Sure, people usually think of sauerkraut (it's cabbage that has been pickled) as something to put on hot dogs, but in this cake, it adds a nice moist texture without the sour taste. Yummy! Some people call it the "Don't Ask Cake" because people who eat it can't guess what the secret ingredient is -- and don't want to believe it when they find out.
Add your favorite chocolate frosting or sprinkle the cake with confectioners' sugar, if you'd like.
Yield: Makes one 13-by-9-inch cake
- 2/3 cup (10 tablespoons plus 2 teaspoons) unsalted butter or butter substitute, at room temperature, plus more for the pan
- 14 1/2 ounces canned or fresh sauerkraut
- 2 1/2 cups flour
- 1/2 cup unsweetened cocoa powder
- 1 teaspoon baking soda
- 1/2 teaspoon salt
- 1 1/2 cups sugar
- 3 large eggs
- 2 teaspoons vanilla extract
- 1 cup cold water
Preheat the oven to 350 degrees. Lightly grease a 13-by-9 baking pan with butter, butter substitute or nonstick cooking oil spray.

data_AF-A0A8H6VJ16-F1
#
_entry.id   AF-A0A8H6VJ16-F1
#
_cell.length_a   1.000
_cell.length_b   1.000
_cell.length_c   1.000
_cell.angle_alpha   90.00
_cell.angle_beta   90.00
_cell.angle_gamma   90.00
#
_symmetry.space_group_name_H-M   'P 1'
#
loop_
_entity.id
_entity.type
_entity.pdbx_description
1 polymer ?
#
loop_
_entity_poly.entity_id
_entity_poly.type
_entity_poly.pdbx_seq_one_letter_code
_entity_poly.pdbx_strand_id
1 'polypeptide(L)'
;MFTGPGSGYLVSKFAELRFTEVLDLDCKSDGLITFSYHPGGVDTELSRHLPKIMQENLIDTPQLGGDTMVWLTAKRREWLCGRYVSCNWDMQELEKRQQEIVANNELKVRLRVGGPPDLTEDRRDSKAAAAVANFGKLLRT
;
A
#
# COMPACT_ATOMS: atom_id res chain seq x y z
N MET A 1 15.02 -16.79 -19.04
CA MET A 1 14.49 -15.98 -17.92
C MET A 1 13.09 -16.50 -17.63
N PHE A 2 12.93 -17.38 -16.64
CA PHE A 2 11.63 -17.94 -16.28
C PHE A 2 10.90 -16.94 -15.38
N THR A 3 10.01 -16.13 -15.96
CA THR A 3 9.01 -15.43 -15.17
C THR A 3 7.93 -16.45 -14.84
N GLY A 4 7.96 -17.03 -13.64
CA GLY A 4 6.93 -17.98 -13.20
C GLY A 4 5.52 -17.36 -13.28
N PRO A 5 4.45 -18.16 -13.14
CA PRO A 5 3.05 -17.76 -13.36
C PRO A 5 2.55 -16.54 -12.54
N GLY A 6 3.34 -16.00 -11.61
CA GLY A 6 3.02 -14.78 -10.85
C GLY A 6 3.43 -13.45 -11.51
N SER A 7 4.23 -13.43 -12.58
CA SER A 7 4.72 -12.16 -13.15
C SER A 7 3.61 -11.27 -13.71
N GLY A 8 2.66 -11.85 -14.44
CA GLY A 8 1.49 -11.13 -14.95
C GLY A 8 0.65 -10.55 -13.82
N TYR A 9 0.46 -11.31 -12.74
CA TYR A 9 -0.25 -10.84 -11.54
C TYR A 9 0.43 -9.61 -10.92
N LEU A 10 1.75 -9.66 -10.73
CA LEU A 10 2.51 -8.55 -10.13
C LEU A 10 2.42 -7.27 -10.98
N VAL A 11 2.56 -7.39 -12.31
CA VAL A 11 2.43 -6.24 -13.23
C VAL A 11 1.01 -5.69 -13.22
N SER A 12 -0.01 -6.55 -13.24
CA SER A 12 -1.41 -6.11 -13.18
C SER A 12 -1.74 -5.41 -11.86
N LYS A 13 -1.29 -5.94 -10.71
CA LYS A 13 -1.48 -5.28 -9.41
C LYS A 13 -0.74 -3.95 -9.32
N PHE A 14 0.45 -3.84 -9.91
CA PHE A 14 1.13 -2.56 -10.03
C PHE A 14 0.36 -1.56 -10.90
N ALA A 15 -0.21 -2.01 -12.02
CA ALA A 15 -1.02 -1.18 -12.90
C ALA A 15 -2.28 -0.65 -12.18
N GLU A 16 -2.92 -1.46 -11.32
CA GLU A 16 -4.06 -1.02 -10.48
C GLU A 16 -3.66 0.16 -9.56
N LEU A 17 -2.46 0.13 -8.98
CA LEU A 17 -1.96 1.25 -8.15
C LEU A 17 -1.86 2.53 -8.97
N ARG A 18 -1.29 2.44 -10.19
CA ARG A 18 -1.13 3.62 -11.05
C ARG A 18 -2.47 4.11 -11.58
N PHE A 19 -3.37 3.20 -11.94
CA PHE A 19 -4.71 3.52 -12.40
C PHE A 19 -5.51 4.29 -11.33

Place the sauerkraut in a colander and rinse under cold running water for several minutes. Drain the sauerkraut, and squeeze until it is almost dry. Transfer to a food processor and finely chop, scraping down the sides of the work bowl as needed.
Combine the flour, cocoa powder, baking soda and salt in a medium bowl.
Place the butter or butter substitute in the bowl of a stand mixer or hand-held electric mixer; beat on medium speed for several minutes, until it is fluffy. Stop to scrape down the sides of the bowl. On low speed, gradually add the sugar, eggs (one at a time) and the vanilla extract until well incorporated. Stop to scrape down the sides of the bowl.
Add half of the flour mixture; beat on low speed to incorporate, then add the remaining flour mixture and the water, beating to form a smooth batter.
Stir in the sauerkraut by hand.
Pour the batter into the prepared pan, spreading it evenly into the corners. Bake for about 30 minutes or until a toothpick inserted into the center of the cake comes out clean.
Cool completely before cutting into 15 equal squares.
From the recipe files of Washington writer Ann Cameron Siegal.
Tested by Ann Cameron Siegal and Bonnie S. Benwick.
Email questions to the Food Section at firstname.lastname@example.org.